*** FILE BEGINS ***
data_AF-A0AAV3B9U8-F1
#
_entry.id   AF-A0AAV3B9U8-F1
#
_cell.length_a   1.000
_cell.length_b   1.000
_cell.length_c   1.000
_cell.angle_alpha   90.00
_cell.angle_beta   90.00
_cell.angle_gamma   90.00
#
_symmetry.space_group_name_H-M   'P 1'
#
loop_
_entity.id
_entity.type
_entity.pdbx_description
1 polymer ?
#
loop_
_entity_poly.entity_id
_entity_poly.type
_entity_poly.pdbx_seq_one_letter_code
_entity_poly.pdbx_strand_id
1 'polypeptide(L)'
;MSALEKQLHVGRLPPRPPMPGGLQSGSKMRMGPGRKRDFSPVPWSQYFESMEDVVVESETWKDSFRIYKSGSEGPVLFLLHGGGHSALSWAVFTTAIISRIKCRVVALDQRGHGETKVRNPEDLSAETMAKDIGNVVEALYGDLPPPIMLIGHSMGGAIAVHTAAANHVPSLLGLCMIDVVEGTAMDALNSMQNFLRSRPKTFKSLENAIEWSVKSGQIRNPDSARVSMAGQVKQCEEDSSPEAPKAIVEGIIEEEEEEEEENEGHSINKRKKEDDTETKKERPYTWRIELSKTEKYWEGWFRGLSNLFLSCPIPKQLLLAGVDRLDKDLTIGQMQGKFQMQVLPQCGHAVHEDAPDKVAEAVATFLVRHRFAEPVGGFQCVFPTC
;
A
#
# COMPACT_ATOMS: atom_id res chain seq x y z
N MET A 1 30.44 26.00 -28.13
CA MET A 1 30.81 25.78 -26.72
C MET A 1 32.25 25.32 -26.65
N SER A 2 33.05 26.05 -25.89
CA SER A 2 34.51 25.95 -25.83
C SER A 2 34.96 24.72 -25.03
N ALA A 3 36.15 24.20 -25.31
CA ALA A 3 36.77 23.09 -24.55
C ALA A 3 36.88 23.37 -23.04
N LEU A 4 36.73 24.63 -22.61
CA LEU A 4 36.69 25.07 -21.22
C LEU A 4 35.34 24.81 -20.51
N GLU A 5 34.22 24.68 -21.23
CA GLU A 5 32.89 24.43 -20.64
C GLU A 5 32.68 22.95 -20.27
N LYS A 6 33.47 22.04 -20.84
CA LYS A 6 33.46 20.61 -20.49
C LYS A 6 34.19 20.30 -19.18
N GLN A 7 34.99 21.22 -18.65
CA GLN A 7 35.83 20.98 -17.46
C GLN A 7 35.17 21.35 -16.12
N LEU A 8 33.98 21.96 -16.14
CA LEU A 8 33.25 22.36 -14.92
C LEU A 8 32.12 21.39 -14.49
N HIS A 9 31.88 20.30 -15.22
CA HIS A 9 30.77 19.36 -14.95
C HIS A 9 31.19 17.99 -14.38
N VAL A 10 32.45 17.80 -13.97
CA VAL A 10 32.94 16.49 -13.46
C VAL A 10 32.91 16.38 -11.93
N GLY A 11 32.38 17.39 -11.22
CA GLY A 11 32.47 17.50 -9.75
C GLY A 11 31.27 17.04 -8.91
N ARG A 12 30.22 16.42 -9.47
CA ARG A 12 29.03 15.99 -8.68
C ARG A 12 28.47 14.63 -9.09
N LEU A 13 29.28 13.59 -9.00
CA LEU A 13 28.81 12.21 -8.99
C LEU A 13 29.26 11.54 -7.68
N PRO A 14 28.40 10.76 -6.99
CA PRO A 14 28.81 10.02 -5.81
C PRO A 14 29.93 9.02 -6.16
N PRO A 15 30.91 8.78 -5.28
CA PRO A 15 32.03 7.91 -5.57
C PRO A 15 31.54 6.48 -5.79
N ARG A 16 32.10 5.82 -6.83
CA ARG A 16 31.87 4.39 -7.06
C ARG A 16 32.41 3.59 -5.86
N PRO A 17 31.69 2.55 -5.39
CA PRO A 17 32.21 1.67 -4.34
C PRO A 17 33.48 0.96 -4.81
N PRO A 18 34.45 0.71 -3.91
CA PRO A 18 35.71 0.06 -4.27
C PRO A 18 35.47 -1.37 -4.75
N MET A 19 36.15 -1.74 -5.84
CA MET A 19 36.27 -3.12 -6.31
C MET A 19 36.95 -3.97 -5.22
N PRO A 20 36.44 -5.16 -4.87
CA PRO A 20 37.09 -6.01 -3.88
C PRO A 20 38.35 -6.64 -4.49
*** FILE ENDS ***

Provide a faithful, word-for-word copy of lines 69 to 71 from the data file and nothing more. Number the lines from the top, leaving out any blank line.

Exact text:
C LEU A 13 29.26 11.54 -7.68
N PRO A 14 28.40 10.76 -6.99
CA PRO A 14 28.81 10.02 -5.81